Here are some examples:
- Why Content Marketing Works Better Than Paid Advertising
- Content Marketing vs Paid Advertising: Which Should You Choose?
- Are Paid Ads Worth It? Or Should You Stick to Content Marketing?
4. All you need to know
This is the Ultimate Guide 2.0. Having the phrase “need to know” in your headline tells your readers that you’re covering all their bases. Try one of the following formats:
- Everything You Need to Know About Starting an Online Business
- 10 Things You Need to Know About Your First Pregnancy
- Your Ultimate Guide to Moving to New York
5. The probing question
This headline asks readers questions they may or may not have answers to — questions the article promises to answer. Here are some examples to fill in the blanks:
- Should You Still Be Doing ____
- Is It Safe to Do ____
- Is ____ Costing You ____?
6. The sage advice
There’s no better formula to share a personal story than this one. Use one of the templates below to share your personal successes or horror stories:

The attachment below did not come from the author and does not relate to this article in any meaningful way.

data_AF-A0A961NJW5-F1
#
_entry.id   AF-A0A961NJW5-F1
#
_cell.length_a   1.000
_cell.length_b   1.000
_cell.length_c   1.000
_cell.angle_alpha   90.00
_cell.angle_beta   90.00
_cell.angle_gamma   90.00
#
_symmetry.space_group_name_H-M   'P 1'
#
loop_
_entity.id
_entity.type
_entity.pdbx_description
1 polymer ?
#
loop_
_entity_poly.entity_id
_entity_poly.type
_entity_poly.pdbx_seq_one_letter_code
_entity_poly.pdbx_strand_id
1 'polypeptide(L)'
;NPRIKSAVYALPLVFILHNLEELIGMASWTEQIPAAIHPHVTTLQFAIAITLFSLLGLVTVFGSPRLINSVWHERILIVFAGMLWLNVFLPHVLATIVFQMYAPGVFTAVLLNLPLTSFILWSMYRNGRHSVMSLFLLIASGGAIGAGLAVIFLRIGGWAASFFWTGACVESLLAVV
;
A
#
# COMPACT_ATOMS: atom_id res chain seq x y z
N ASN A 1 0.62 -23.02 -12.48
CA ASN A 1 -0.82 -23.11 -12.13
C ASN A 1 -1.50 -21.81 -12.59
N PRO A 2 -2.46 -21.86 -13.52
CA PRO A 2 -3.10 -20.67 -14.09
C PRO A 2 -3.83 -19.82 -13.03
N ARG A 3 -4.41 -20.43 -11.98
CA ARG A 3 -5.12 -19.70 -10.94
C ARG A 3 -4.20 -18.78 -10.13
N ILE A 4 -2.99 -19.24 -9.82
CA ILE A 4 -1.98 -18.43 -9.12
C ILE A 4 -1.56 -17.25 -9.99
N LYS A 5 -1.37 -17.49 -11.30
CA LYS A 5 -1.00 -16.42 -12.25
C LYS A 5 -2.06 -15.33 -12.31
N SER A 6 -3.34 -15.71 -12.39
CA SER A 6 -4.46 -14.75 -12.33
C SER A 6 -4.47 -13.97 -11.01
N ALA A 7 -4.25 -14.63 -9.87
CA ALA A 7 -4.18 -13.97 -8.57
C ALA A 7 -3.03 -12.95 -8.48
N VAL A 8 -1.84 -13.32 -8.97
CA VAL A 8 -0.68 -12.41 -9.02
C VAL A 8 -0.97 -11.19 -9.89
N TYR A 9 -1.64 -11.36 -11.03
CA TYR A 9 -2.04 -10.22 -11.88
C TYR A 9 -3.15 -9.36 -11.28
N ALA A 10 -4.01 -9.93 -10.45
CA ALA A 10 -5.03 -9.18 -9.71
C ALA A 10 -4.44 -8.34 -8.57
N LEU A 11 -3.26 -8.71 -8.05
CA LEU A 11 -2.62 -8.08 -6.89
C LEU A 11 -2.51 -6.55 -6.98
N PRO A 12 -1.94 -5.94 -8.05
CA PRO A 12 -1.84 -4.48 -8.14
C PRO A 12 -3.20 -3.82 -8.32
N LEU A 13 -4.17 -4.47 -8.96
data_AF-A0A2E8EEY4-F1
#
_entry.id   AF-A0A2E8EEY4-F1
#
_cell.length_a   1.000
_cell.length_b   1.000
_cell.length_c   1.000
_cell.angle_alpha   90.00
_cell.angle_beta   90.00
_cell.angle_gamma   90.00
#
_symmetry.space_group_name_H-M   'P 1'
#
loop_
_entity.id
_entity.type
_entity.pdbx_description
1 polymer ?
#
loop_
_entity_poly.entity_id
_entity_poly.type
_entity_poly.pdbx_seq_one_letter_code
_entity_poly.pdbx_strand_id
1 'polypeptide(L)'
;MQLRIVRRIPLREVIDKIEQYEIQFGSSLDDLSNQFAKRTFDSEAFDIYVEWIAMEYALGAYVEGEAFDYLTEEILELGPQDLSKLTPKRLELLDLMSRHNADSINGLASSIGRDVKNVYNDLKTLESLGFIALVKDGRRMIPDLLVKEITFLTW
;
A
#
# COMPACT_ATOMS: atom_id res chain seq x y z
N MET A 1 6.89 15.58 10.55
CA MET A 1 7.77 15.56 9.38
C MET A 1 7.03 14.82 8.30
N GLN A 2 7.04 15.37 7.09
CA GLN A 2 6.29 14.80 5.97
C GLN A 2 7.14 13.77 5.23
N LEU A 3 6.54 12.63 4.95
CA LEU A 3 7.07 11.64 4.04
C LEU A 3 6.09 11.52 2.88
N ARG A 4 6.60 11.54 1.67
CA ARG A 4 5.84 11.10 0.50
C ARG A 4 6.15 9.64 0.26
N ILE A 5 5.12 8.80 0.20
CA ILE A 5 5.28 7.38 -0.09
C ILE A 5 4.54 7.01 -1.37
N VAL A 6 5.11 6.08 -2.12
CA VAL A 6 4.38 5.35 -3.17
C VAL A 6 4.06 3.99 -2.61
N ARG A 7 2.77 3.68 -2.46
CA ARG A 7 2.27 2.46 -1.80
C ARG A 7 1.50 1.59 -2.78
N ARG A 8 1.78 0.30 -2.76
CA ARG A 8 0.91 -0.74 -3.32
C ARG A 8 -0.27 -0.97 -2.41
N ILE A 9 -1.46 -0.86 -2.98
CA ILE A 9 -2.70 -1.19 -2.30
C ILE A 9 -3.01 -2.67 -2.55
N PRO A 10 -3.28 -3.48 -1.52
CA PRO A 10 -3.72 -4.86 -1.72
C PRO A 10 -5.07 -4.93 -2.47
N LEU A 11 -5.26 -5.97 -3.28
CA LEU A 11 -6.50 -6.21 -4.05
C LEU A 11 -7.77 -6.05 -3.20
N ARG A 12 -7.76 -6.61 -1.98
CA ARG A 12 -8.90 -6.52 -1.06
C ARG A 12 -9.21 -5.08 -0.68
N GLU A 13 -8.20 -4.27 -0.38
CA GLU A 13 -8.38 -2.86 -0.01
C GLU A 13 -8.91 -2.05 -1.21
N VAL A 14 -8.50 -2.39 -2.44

- How to Survive Your First ____
- Behind the Scenes of My First ____
- What You Should Know Before Your First ____
7. Why? Why? Why?
This headline formula uses the word “why” without actually asking a question. Although most readers want to know how to do things, many of us also simply want to know why some things work the way they do. Here are some (fictional) examples:
- Why You Should Be Using LinkedIn to Promote Your Business
- Why You Need to Use Fewer Plugins on Your WordPress Sites
- Here’s Why Your iPhone Keeps Dying at 20% Battery
8. Negative lure
This template works for pretty much the same reason as the common mistakes one: people like to be in the know. Unveil your audience’s common misconceptions with these formulas:
- Debunked! 8 Myths About ____
- 8 Lies You Probably Believe About ____
- 8 Common Misconceptions About _____
9. Basic listicle
The basic list post is a classic like the how-to article. To make your headline for these posts more effective, pack on the power words. For example:
- 10 Important Reasons to Declutter Your Home
- 20 Easy Ways to Save $1000 in a Year
- 30 Life-Changing Books to Read Before You Die
10. Two for one
Using a colon, you can combine two headline styles for maximum impact. Here’s how it works:
- How to Write a Book: 9 Steps to Ditching Writer’s Block
- Content Marketing vs Paid Ads: A Case Study
- 10 Quick SEO Tips: Why You Should Be Using SEO for Your Business
Best headline examples to copy (with stats)